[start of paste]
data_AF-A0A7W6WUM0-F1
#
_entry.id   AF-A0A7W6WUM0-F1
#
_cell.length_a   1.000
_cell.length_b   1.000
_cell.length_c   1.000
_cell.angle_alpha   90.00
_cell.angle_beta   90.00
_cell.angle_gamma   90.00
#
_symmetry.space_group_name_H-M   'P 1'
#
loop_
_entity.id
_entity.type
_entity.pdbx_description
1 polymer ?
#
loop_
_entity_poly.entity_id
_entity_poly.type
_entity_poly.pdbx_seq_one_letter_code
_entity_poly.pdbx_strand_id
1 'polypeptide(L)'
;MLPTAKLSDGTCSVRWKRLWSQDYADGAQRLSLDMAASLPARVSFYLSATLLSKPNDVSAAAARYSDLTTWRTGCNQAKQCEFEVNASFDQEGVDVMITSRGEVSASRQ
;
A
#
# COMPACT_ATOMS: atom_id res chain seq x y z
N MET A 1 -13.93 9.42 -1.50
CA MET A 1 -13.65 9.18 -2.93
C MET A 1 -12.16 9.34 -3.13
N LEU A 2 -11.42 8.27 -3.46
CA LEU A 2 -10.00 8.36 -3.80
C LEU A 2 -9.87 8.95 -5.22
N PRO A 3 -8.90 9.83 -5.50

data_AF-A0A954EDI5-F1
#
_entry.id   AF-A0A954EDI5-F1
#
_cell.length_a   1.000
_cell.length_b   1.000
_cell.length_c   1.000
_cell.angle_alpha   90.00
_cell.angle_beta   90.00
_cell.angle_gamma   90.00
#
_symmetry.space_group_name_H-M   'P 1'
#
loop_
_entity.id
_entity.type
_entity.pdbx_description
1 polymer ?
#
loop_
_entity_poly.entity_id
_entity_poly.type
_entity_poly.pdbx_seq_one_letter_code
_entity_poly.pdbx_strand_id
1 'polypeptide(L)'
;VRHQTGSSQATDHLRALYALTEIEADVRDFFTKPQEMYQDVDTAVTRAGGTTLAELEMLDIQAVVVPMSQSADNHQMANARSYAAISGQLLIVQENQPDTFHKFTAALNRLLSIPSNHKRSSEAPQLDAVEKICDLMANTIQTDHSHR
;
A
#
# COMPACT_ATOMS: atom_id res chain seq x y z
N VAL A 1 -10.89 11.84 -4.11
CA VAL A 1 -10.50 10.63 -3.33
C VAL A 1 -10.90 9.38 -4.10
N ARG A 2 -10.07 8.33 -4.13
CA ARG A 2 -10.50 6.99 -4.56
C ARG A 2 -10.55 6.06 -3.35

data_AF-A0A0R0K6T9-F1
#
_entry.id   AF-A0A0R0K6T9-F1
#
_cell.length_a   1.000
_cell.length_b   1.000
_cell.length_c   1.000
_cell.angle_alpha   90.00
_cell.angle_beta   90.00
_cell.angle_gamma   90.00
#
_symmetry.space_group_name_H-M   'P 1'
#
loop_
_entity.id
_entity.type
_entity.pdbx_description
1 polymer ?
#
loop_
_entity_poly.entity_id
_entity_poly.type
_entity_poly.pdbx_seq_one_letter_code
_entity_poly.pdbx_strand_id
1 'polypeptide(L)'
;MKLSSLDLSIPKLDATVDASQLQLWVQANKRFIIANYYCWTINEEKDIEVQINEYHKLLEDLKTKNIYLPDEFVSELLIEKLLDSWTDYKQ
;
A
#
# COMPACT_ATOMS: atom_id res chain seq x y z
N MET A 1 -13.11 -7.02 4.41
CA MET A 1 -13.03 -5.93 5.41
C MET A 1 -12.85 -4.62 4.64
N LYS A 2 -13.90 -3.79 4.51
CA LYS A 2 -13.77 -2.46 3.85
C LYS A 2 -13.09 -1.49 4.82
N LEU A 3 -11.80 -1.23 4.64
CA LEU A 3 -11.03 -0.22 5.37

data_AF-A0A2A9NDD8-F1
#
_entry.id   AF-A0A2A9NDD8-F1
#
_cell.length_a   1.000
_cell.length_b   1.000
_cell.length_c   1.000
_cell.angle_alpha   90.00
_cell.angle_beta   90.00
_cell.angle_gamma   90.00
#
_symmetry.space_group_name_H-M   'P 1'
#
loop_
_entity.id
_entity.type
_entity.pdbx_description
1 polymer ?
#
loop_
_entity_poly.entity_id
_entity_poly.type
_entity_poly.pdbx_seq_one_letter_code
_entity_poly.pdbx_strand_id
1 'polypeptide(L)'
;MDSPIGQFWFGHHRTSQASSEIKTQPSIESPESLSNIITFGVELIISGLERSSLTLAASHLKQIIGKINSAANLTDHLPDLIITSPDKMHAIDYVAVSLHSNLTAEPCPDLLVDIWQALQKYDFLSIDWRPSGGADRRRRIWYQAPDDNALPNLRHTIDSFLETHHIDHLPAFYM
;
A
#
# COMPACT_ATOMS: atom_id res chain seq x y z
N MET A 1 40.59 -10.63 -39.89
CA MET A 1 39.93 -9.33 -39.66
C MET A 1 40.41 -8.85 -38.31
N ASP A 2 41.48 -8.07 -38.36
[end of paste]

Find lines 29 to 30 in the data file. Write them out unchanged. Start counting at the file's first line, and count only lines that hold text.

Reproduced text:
#
# COMPACT_ATOMS: atom_id res chain seq x y z